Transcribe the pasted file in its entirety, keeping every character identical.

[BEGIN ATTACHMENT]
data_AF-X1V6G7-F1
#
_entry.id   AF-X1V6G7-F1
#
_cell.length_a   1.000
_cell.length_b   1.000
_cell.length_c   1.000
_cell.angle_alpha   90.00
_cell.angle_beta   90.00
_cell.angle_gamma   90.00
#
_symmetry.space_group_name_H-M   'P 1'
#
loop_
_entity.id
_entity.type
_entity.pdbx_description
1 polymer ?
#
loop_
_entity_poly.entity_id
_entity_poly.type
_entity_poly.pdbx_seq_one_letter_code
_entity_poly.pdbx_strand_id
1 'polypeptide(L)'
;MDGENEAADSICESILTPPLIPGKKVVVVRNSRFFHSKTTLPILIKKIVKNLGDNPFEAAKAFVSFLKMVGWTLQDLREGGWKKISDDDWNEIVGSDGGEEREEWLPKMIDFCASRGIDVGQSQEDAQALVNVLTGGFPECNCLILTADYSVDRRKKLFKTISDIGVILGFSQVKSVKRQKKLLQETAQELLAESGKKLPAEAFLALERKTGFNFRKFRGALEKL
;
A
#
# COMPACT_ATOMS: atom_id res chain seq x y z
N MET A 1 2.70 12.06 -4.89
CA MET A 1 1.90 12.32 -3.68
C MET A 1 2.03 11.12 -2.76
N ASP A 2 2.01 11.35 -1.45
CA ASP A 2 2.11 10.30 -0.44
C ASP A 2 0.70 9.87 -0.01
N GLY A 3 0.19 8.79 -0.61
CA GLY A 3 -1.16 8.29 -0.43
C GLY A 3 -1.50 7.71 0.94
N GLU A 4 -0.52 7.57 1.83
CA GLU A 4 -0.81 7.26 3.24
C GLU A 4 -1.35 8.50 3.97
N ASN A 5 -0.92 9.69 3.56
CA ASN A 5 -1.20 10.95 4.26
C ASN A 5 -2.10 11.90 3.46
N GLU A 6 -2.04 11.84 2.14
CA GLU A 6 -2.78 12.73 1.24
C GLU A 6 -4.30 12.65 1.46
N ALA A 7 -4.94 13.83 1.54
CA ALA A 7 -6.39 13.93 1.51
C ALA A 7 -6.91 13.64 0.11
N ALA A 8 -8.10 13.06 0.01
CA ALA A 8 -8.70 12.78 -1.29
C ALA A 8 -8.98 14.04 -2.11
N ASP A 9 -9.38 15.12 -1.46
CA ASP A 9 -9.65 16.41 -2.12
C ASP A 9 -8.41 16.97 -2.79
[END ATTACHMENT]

data_AF-X1V6G7-F1
#
_entry.id   AF-X1V6G7-F1
#
_cell.length_a   1.000
_cell.length_b   1.000
_cell.length_c   1.000
_cell.angle_alpha   90.00
_cell.angle_beta   90.00
_cell.angle_gamma   90.00
#
_symmetry.space_group_name_H-M   'P 1'
#
loop_
_entity.id
_entity.type
_entity.pdbx_description
1 polymer ?
#
loop_
_entity_poly.entity_id
_entity_poly.type
_entity_poly.pdbx_seq_one_letter_code
_entity_poly.pdbx_strand_id
1 'polypeptide(L)'
;MDGENEAADSICESILTPPLIPGKKVVVVRNSRFFHSKTTLPILIKKIVKNLGDNPFEAAKAFVSFLKMVGWTLQDLREGGWKKISDDDWNEIVGSDGGEEREEWLPKMIDFCASRGIDVGQSQEDAQALVNVLTGGFPECNCLILTADYSVDRRKKLFKTISDIGVILGFSQVKSVKRQKKLLQETAQELLAESGKKLPAEAFLALERKTGFNFRKFRGALEKL
;
A
#
# COMPACT_ATOMS: atom_id res chain seq x y z
N MET A 1 2.70 12.06 -4.89
CA MET A 1 1.90 12.32 -3.68
C MET A 1 2.03 11.12 -2.76
N ASP A 2 2.01 11.35 -1.45
CA ASP A 2 2.11 10.30 -0.44
C ASP A 2 0.70 9.87 -0.01
N GLY A 3 0.19 8.79 -0.61
CA GLY A 3 -1.16 8.29 -0.43
C GLY A 3 -1.50 7.71 0.94
N GLU A 4 -0.52 7.57 1.83
CA GLU A 4 -0.81 7.26 3.24
C GLU A 4 -1.35 8.50 3.97
N ASN A 5 -0.92 9.69 3.56
CA ASN A 5 -1.20 10.95 4.26
C ASN A 5 -2.10 11.90 3.46
N GLU A 6 -2.04 11.84 2.14
CA GLU A 6 -2.78 12.73 1.24
C GLU A 6 -4.30 12.65 1.46
N ALA A 7 -4.94 13.83 1.54
CA ALA A 7 -6.39 13.93 1.51
C ALA A 7 -6.91 13.64 0.11
N ALA A 8 -8.10 13.06 0.01
CA ALA A 8 -8.70 12.78 -1.29
C ALA A 8 -8.98 14.04 -2.11
N ASP A 9 -9.38 15.12 -1.46
CA ASP A 9 -9.65 16.41 -2.12
C ASP A 9 -8.41 16.97 -2.79